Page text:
The 11th Workshop on Domain-Specific Modeling starts next week (Sunday). As in the past the proceedings are available online. Among the papers my favorite is “Towards a Comparative Analysis of Meta-Metamodels” by Heiko Kern, Axel Hummel and Stefan Kühne for several reasons. The paper:

  • is among the few that describes many different metamodeling languages (metametamodels)
  • covers wide range of tools (ARIS, EMF Ecore, GME, MetaEdit+, MS DSL Tools and MS Visio)
  • is based on deep knowledge and experience on various metametamodels

The last point is particularly important since the comparison is not based on plain conceptual work as authors have actually implemented various bridges between the metametamodels and related tools, like between ARIS and EMF, MetaEdit+ and EMF and Visio and EMF.

I strongly recommend reading it for everybody interested in defining modeling languages.


Who should define your modeling language and code generators: Poll results

September 23, 2011 16:24:29 +0300 (EEST)

During the panel at Code Generation 2011 themed “Build or Buy: Who should develop your DSL and generators?” I had an opportunity as a panel chair to ask a view from the audience. A simple raise-your-hand poll seemed feasible for 44 persons. The question was shown to the audience and the totally unscientific research part can be listened here (2 min).

The poll showed that far the biggest group of people was those wanting to define their own modeling languages and code generators. No surprise being a poll at Code Generation conference.

Poll results at Code Generation 2011

The truth is that I was expecting to see more self-made man attitude. The opinion of the panel audience did not much differ from what we’ve seen earlier. For example, randomly selected software industry technology managers in Germany speaking Europe gave similar results. That study, made as a part of our market research, was much better conducted (random selection of participants, no influence from others, one-to-one call, n > 100 etc.). Perhaps the similarities among the opinions (shown side by side below) say something about the popularity of the choices or that there are not big differences among the Code Generation 2011 participants and rest of the world…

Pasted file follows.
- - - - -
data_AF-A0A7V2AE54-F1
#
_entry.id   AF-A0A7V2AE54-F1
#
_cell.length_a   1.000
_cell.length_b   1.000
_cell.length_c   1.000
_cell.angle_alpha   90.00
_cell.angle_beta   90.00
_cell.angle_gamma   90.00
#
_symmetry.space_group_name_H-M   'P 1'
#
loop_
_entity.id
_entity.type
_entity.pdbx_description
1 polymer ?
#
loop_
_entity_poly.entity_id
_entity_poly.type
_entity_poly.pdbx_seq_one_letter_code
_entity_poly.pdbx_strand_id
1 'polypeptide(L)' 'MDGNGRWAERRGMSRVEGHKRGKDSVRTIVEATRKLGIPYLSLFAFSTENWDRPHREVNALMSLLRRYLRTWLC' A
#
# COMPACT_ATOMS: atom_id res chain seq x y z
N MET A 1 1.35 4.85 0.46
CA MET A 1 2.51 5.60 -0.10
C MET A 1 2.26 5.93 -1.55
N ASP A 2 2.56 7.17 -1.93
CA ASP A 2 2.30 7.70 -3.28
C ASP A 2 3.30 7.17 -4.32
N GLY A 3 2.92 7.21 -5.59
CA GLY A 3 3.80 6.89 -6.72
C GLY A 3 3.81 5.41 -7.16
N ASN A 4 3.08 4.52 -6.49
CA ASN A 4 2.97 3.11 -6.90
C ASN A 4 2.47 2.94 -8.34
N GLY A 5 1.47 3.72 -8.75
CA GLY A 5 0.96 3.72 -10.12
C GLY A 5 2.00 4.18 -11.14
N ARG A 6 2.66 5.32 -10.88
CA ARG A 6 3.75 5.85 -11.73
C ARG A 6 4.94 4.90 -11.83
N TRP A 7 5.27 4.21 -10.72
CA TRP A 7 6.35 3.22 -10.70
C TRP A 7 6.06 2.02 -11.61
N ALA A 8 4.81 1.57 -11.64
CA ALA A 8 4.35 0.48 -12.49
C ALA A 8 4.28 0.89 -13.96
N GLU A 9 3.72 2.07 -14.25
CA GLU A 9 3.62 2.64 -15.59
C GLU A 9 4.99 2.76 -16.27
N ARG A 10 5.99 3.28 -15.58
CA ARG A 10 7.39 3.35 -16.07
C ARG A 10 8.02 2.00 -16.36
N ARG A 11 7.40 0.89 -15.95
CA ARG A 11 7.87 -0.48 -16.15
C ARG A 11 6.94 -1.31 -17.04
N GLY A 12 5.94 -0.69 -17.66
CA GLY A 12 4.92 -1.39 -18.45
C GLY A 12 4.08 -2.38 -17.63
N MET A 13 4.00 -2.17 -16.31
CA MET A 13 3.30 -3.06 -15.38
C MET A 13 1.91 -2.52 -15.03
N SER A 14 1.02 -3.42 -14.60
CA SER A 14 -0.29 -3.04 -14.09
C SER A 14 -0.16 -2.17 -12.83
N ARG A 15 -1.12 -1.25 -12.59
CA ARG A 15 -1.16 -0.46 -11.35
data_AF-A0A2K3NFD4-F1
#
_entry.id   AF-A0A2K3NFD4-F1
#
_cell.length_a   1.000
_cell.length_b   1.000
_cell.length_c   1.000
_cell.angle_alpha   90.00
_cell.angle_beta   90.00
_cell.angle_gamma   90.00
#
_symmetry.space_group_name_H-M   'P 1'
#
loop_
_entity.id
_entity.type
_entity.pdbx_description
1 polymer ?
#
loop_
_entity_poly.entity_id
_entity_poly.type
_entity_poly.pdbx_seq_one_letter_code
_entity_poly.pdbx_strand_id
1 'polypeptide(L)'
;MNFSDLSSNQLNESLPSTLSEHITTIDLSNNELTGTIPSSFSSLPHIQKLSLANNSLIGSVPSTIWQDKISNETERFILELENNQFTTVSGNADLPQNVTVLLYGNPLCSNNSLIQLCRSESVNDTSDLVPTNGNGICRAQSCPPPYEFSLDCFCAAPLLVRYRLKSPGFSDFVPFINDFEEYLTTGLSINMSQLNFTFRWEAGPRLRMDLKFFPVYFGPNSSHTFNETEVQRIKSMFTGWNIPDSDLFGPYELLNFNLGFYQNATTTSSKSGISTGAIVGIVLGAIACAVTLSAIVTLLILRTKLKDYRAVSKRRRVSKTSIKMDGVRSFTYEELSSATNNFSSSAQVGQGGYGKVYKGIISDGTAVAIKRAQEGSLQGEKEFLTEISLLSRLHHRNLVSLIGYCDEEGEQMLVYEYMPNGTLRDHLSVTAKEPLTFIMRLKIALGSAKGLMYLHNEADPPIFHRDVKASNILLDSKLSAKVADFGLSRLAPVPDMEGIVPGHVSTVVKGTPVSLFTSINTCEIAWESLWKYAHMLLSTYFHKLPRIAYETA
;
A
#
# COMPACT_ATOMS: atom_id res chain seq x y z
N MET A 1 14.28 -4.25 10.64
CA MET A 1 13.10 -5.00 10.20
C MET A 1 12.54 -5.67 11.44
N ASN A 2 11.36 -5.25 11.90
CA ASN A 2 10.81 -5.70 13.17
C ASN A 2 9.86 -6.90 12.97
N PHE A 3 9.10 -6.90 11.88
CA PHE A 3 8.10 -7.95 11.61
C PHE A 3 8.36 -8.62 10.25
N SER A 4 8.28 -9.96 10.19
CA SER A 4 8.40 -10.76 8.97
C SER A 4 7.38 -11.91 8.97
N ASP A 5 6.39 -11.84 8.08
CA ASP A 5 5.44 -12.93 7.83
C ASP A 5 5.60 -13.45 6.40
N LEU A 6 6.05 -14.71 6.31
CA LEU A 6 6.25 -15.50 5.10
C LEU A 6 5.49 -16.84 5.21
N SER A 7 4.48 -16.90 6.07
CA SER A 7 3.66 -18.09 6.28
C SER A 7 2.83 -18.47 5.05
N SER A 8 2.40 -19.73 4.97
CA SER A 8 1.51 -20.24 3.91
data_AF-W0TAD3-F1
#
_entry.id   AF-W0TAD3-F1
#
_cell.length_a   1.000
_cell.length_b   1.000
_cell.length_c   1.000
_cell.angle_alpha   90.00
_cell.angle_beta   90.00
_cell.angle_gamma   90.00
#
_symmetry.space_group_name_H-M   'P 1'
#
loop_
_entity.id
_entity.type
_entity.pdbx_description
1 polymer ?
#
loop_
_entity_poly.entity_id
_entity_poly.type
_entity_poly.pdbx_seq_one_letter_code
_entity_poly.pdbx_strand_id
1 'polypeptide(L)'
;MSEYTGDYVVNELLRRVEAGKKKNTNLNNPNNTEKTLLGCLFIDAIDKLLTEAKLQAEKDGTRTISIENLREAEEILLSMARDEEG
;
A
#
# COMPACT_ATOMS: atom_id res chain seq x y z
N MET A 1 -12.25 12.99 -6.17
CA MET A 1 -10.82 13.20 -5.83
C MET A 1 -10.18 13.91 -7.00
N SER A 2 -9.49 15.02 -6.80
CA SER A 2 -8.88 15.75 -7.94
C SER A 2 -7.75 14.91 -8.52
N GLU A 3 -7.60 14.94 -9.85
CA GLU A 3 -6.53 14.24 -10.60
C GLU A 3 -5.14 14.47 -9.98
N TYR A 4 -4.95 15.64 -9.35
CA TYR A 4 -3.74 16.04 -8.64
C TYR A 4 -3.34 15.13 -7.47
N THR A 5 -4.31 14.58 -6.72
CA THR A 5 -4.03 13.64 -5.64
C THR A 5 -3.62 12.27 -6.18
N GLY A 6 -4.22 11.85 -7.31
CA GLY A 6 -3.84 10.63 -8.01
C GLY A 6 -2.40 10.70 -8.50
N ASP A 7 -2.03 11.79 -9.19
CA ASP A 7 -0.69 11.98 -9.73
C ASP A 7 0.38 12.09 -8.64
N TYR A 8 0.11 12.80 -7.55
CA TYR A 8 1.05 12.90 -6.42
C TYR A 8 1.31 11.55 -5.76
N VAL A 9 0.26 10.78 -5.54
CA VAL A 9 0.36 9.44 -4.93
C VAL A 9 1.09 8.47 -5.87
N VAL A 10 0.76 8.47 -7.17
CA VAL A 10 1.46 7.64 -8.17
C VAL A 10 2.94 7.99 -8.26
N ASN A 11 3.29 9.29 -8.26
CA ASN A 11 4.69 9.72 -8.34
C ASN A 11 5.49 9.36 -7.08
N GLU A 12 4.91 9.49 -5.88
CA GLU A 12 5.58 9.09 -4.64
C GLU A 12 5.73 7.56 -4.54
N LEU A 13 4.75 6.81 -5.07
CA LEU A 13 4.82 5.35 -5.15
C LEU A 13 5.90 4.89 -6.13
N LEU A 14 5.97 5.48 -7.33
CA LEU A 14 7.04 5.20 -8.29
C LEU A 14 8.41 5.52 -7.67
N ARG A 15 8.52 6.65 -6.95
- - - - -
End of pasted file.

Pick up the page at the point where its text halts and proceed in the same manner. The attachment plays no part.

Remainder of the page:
Results from two studies

It was not discussed in the panel, but when looking from the perspective of metamodel-based tools all the options are still open and most importantly can be changed if needed.


Industry experiences on modeling with DSLs

September 19, 2011 16:36:59 +0300 (EEST)

This year the industry conference on product lines, High-Tech Product Lines, has three talks that directly address Domain-Specific Modeling. Markus Völter presents the concepts, tools and experiences. Jos Warmer and Simon Ball describe a case on an insurance product line. This is particularly interesting for me since I’ve been involved in this domain too - actually we reported one insurance product modeling case in the book (20 pages in DSM book).

I’ll present experiences from four different companies and domains focusing mostly on ROI. First we'll look the investment side: How much effort it took from the companies to define the modeling languages and generators? This is followed by looking the outcome: was it worth? Did the development productivity or quality increase or did the time-to-market improve? I tried to pick cases which have a domain that is easy to grasp and that there is also public data available to backup my talk.

See the whole conference program at Hope to meet you in Veldhoven.